87.  emmylou harrisEmmylou Harris:  What are the boundaries of rock and roll?  Did Miles Davis deserve induction in 2008 as a jazz artist who merely collaborated with rockers on occasion?  What about a Nina Simone induction?  This kind of question is a particular puzzler for country, partly because country not only predates rock and roll, but was a crucial antecedent and one of rock and roll’s chief dialogue partners going forward.  So, how far do you go inducting country-oriented stars into a museum for rock and roll?  That’s a tough question to answer.  Johnny Cash got in without much controversy.  Willie Nelson and Patsy Cline are on most people’s radar.  My own philosophy is that if an artist worked heavily in conversation with rock and roll, they should be considered.  And few bridged the chasm between rock and roll and country with the longevity and the artistry of Emmylou Harris.  Her own duet partner, Gram Parsons, has been nominated before and is considered a top-shelf omission from the Rock Hall because of his seminal work in laying the foundations of country-rock, and as a distance ancestor to alt-country.  I agree with that, even as I am astounded that Harris isn’t always given the same respect.  Harris was smart (she wasn’t valedictorian of her high school class for nothing) and marketed her music to both the Opry crowd and fans of country-rock that experienced a mid-70s heyday when The Eagles and like-minded bands were at their apex.  Listen to Luxury Liner, and it’s pure mastery.  It swings and twangs with the requisite pedal steel, but it has rock and roll’s edge and the singer-songwriter’s introspection.  She’s also earned points for staying artistically active; while many Seventies artists’ output became criminally uninteresting in the 90s and after, Emmylou’s work has continued on without any perceptible decline in quality.  Her body of work grew old as gracefully as she did.  Besides her work with Parsons, she’s kept her rock rolodex filled with collaborations with Linda Ronstadt, Bob Dylan, Bonnie Raitt, and The Band among many, many others.  If she were ever nominated, there’s a suitcase full of artists in the Hall who stand ready for vote for her.  And as one of the first people to successfully exist in both the rock and country milieus simultaneously, like a songbird Padre Pio, she should get more serious attention for the Rock Hall.  And if she doesn’t, she can always polish those 13 Grammy Awards.

86.  the shadowsThe Shadows:  Many before me have noted that the Rock and Roll Hall of Fame has a decidedly American accent.  While obvious cases like The Beatles or The Who were inducted readily and eagerly, more borderline cases from the U.K. tend to have longer waits, simply because it is less likely that someone on the Nom Com saw them in a club before they got famous.  I could take or leave the man who was often their frontman, Cliff Richard, who many of the major British Invasion acts despised as a second-rate Elvis (although jealousy of his massive chart success may have factored into their derision.)  Richard may have been the first rock superstar in Britain, but his records often had a derivative and calculated sound, analogous to those early Pat Boone or Conway Twitty records.  No, I’m more interested in his backing band, The Shadows.  From the late 50s until well into the 1960s, they pioneered the modern rock and roll combo of lead and rhythm guitar, bass, and drums and anticipated much of the British Invasion.  Led by Hank Marvin, they embarked upon a series of evocative instrumental records.  “Apache” was probably the most well-loved of them (and was later reincarnated as a funky rap song by the Sugar Hill Gang).  But one shouldn’t neglect “Walk Don’t Run,” “Kon Tiki”, or “The Frightened City”, each of which has its own personality that shimmers in the barren years between the Day the Music Died and The Beatles’ debut on Ed Sullivan.   Altogether, they racked up 14 British Top 10 hits without Richard within the space of five years.  Remember, one of the first numbers The Beatles recorded in a professional studio on their own was an instrumental tribute to this band called “Cry for a Shadow.” If The Shadows have an encouraging antecedent, it’s The Ventures, another glittering Sixties instrumental group that was a surprise victor in their very first nomination.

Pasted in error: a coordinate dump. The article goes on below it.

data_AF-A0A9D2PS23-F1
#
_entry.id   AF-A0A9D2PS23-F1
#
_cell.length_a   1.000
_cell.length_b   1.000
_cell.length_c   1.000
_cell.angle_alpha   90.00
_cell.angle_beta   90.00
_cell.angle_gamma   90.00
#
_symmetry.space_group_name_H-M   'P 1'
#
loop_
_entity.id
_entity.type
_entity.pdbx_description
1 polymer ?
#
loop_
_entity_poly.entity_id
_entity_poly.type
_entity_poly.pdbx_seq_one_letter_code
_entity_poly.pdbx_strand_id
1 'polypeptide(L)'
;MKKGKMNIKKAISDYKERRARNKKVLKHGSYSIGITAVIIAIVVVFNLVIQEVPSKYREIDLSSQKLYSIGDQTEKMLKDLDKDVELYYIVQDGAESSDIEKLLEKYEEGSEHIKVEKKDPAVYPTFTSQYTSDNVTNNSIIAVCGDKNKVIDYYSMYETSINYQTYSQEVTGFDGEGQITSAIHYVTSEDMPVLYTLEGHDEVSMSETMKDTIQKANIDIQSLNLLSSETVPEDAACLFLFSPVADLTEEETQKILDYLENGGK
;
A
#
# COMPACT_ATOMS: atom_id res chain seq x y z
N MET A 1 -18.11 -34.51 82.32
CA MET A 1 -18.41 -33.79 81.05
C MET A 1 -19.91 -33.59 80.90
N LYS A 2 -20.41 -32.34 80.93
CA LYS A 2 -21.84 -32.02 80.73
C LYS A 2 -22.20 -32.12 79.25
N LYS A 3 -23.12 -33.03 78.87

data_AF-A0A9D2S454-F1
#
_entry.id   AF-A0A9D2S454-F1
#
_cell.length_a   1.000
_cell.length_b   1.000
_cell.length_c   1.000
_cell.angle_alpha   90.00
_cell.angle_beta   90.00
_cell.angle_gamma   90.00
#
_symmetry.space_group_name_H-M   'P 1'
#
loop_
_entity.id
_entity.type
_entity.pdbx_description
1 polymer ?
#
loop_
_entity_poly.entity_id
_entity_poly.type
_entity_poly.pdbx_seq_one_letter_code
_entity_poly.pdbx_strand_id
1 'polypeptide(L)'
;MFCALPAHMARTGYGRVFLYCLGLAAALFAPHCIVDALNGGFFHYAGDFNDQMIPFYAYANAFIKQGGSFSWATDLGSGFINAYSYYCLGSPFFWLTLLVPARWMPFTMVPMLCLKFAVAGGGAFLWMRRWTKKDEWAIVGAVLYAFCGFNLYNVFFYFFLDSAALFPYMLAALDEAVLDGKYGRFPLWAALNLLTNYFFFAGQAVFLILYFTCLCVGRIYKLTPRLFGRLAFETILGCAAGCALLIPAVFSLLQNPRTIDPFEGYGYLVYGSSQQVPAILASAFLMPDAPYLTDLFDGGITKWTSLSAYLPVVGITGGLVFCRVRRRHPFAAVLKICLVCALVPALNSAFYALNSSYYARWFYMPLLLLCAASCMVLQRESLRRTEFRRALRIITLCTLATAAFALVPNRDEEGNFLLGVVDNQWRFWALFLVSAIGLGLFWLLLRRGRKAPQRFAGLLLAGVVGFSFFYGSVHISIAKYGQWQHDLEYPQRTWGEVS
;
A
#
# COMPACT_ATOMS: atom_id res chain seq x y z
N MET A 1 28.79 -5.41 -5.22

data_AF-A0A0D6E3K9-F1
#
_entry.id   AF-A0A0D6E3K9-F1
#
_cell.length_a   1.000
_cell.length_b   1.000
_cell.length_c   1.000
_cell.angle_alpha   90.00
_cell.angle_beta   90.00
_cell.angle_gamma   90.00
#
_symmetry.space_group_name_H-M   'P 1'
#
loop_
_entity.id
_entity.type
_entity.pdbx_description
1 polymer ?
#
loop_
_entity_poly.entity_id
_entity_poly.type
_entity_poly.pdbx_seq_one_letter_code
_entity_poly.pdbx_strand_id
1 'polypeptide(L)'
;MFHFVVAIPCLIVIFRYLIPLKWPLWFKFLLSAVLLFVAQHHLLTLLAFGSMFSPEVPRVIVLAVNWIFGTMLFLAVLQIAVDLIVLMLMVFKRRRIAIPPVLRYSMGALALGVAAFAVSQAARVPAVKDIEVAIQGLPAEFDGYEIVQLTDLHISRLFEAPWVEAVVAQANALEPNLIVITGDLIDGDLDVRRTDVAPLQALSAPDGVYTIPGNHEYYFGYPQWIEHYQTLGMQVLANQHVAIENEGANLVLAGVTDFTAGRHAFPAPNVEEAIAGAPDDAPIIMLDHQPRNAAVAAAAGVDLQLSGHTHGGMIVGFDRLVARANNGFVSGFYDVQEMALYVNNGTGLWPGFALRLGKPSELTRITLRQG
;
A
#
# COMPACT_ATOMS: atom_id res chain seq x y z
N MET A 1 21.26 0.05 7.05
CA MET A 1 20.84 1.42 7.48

85.  los lobosLos Lobos:  The Nominating Committee dropped a huge surprise when Los Lobos surfaced as one of the nominees for the Class of 2016.  One faithful reader of this blog, KING, correctly predicted this outcome, but almost everyone else was astonished, even though Future Rock Legends listed them among artists that had been previously considered before.  I originally thought this was a borderline-absurd choice, but when I did my research, I realized how mistaken I was.  Whatever you think of Los Lobos’ chances, don’t dismiss them as just the band that recorded a bunch of Ritchie Valens covers for the La Bamba soundtrack.  No, this was a band that paid its dues the way few have, breaking out only when its members were older adults after years of toiling in small clubs and wedding receptions, finding a way to merge roots rock with a strong pedigree in the norteno milieu.  As one band member put it, “we found America through the service entrance.”   In every sense, they were workmanlike innovators who merged genres.  How Will the Wolf Survive is regarded by many as one of the best albums of the 1980s, and recorded both a traditional Mexican album La pistola y el corazon as well as a collection of Disney covers, neither sounding remotely gimmicky, and each in the spirit of their overall body of work.  And we are just scratching the surface and ignoring worthy albums like Kiko and The Neighborhood.  Dave Marsh, the august music critic, seems to have played a critical role in getting them on the ballot this year, vociferously defending them in a radio interview he gave in November.  Los Lobos, he maintained, “took the folkloric style of Mexican music, combined it with the funkier side of [the punk scene in L.A.]”  Getting into the Hall of Fame, he went on, should be based on how famous you should be, not on how famous you are.  And to be sure, Latin music has not gotten fair credit for it’s role in shaping rock and roll, like a forgotten ancestor whose name has been scratched out of the family tree.  So far, only Santana and Valens and maybe some of Linda Ronstadt’s later work are nods in this direction- and Valens had barely begun exploring the fusion of latin and rock when he died at age 17.  For years, I wished that the industry experts would listen to ordinary rock and roll fans rather than using the Nom Com to impose their tastes on Rock Hall enshrinement.  I still think that to a certain degree, but I also now believe the inverse to be true: rock fans should listen up when a group as well versed as the Nom Com thinks an artist is worthy of nomination: just because you haven’t heard very much about them doesn’t mean they aren’t very good.  Two years ago, when I started following the Rock Hall seriously, I thought the two worst picks on the 2014 ballot were The Meters and the Paul Butterfield Blues Band, just because I had never run into them before.  As it turned out, that was entirely wrong.  In this case, the experts were right, and they are right again here– Los Lobos hadn’t entered many conversations on Rock Hall prospects, but they should be part of the discussion.